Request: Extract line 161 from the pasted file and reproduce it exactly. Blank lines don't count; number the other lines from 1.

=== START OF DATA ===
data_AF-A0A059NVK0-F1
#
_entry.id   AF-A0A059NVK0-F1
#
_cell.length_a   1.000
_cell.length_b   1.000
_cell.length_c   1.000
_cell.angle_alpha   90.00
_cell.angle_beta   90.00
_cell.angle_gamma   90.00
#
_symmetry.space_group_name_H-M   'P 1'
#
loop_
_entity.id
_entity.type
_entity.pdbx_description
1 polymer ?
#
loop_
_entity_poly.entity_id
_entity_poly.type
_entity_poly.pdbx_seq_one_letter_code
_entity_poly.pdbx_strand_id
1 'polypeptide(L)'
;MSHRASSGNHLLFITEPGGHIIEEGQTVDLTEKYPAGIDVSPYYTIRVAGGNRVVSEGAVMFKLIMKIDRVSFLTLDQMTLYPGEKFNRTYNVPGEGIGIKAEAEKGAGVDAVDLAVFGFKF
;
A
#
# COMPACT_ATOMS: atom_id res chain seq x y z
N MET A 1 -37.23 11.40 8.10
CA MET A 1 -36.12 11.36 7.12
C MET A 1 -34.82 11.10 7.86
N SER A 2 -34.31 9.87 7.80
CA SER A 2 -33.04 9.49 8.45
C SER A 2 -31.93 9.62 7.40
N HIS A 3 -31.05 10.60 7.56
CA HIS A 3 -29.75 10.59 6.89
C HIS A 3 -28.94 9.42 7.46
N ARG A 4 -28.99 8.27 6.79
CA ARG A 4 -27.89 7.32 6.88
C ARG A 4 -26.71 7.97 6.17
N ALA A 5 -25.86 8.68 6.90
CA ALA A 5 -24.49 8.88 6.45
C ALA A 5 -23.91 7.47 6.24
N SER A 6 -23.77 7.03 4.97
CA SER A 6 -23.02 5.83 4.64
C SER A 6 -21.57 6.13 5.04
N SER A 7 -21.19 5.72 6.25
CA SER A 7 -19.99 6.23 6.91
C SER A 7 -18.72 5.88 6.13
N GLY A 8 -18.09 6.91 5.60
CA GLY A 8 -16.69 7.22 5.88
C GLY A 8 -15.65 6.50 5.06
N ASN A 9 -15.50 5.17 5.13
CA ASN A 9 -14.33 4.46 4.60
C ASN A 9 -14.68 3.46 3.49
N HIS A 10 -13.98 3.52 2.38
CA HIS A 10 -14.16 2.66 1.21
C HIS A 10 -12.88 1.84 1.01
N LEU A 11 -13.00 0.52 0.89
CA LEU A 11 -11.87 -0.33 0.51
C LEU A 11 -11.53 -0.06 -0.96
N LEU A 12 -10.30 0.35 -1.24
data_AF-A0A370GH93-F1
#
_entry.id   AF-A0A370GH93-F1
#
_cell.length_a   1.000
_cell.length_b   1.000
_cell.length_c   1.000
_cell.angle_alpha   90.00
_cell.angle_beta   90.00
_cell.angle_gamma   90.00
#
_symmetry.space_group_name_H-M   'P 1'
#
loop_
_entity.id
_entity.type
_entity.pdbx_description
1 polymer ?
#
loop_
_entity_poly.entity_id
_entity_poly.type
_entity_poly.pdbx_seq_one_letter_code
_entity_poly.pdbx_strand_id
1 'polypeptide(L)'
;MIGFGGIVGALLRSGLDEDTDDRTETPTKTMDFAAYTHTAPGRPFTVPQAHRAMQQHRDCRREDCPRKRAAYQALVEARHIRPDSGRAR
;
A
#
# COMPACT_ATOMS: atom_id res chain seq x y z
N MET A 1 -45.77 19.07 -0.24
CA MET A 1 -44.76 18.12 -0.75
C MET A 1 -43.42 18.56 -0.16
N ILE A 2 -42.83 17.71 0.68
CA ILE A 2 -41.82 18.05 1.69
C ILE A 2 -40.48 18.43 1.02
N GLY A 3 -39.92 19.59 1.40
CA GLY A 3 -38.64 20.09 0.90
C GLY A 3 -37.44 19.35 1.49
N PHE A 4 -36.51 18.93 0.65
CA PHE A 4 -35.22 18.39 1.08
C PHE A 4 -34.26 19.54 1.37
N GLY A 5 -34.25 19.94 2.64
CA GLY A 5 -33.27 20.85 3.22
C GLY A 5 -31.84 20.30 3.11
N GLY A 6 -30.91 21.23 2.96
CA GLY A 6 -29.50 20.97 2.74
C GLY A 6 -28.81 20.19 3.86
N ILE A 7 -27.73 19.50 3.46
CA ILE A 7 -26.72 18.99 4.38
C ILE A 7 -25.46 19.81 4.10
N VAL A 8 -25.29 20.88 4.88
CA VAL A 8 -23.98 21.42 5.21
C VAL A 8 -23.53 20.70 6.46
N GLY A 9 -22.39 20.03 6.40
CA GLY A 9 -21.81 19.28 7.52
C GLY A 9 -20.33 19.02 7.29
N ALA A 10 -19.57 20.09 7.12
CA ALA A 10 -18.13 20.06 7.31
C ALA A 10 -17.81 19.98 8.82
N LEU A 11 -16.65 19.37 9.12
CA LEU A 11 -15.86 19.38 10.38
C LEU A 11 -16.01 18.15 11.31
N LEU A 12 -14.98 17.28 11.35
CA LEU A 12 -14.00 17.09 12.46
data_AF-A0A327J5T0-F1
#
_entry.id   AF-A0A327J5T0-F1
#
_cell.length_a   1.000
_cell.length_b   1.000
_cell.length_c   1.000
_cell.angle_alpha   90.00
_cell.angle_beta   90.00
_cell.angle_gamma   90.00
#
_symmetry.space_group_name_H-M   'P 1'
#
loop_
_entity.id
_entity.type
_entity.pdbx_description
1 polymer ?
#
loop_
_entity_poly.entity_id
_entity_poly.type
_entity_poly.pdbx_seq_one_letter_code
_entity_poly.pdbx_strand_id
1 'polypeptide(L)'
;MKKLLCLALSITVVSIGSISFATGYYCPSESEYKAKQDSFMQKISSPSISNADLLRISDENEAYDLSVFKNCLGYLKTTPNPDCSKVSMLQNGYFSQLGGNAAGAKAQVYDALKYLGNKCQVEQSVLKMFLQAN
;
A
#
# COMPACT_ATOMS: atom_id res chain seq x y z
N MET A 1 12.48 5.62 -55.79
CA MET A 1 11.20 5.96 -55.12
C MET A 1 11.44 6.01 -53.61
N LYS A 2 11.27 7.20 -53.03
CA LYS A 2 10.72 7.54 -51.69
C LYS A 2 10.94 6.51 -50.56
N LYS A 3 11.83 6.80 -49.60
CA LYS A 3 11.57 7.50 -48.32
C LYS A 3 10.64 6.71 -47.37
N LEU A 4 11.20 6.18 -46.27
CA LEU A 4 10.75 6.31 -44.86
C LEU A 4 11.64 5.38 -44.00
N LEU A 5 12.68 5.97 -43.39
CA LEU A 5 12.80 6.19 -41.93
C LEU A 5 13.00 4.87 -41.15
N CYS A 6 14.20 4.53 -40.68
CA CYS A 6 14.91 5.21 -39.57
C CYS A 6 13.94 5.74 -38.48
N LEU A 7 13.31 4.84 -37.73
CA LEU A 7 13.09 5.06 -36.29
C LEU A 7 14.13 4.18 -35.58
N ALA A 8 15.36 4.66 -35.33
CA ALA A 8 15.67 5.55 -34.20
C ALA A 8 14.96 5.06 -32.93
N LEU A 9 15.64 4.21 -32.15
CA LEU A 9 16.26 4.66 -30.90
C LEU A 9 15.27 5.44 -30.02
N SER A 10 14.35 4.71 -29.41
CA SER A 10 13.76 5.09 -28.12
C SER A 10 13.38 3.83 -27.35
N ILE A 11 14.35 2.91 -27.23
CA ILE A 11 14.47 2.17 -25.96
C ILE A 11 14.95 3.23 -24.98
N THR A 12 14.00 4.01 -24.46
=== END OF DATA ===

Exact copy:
CA MET A 1 11.20 5.96 -55.12